Bowled out for a shambolic 152 in their first innings, only a combination of good cricket and providential intervention by rain can save India from defeat in the fourth Test against England that got underway Thursday. The series is level at 1-1.
As was the forecast by the Met Office, rain struck soon after lunch Friday the second day of the match, when England had reached 237 for six and secured a lead of 85 runs in the first innings. Given their meagre total, India desperately needed to restrict the home side’s lead to less than 100.
To achieve this, they were required to remove Ian Bell and Joe Root, the two batsmen most likely to inflate England’s total. Warwickshire’s Bell played away from his body to an outswinger from Bhuvneshwar Kumar to be caught behind after a well constructed half century but Yorkshireman Root was still at the crease when the showers started at 2.15 p.m. local time.
India’s best chance lay in bowling out England Friday and making the most of what promises to be better batting conditions Saturday, which could be the sunniest of the five days of the match. Unless the predicted pattern changes, Sunday could experience a deluge and Monday could also be rain-affected.
This agency has been advocating from before the beginning of the current series that India must give consideration to Varun Aaron. England’s weakness against extra pace was laid threadbare in Australia last winter, when Mitchell Johnson tore into the English batsmen.
With Umesh Yadav — a success in England in the Champions Trophy last year — surprisingly excluded from the Test squad, Aaron represents the only genuine pace option for the tourists.
Mohammed Shami has noticeably lost velocity since the winter and Ishant Sharma has not quite been at his original pace for several years. The latter’s experience and hit-the-deck approach, though, would have stood India in good stead on this the hardest and bounciest pitch the Indians have encountered in England so far or are likely to this summer.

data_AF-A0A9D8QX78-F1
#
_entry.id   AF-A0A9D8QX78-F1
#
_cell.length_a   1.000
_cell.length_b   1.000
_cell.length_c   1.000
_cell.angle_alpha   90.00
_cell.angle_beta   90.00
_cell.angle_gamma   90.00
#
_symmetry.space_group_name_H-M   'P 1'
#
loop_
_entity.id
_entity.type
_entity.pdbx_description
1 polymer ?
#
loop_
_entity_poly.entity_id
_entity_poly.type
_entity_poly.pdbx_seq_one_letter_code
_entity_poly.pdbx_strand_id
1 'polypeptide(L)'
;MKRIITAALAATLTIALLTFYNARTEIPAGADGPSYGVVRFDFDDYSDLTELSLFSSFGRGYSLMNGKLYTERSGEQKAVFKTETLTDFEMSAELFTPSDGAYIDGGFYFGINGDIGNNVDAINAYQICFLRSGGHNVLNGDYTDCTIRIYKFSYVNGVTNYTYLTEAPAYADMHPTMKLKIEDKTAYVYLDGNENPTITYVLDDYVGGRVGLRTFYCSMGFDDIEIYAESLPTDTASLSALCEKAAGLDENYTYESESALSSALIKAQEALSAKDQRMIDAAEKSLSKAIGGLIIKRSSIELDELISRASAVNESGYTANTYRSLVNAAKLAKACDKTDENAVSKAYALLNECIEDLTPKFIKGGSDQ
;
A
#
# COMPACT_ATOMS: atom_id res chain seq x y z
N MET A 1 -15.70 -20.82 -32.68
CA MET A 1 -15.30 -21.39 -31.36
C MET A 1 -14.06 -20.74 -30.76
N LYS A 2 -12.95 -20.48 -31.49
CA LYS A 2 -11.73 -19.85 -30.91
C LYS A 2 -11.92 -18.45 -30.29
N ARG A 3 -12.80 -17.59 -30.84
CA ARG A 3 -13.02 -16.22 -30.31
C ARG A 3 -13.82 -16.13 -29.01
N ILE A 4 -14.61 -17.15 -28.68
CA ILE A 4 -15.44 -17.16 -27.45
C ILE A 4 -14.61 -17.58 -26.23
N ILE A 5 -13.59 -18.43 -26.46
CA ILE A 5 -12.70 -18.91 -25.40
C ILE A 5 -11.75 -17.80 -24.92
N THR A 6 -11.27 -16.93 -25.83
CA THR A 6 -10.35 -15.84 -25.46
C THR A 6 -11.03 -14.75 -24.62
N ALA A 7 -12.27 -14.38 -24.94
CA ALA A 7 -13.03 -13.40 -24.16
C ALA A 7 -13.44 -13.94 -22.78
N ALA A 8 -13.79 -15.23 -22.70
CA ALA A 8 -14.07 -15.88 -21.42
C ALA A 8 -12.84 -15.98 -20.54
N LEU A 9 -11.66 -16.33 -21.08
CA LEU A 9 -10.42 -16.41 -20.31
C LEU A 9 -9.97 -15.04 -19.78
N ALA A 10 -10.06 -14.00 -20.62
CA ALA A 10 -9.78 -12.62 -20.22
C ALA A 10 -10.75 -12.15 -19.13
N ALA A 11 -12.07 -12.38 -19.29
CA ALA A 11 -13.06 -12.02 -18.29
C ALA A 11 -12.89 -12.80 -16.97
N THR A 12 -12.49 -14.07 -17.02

Unsurprisingly, Aaron’s faster deliveries have made the English batsmen hurry. Though he hasn’t figured in the 145 kph plus range, which he has clocked in the past, he consistently released the leather in excess of 140 kph, which has been enough to extract success.
On the first evening, he was too quick for Alastair Cook, who mishooked, and Gary Ballance, who was leg before wicket; and the same was true in the case of Moeen Ali, who was bowled, on the second day. The last mentioned was cleaned up when he stayed back apprehending a throat ball.
At the other end, Bhuvneshwar, the success of the tour, has been an excellent foil, swinging the ball both ways at medium pace and maintaining much needed accuracy.
Having operated without any luck in the previous Test at Southampton, Pankaj Singh deserved another opportunity and the tour selectors have correctly granted this to him. But asking him to bowl short has, arguably, not been good advice from his captain Mahendra Singh Dhoni. He has looked most likely to take a wicket when attacking the off-stump on a good length.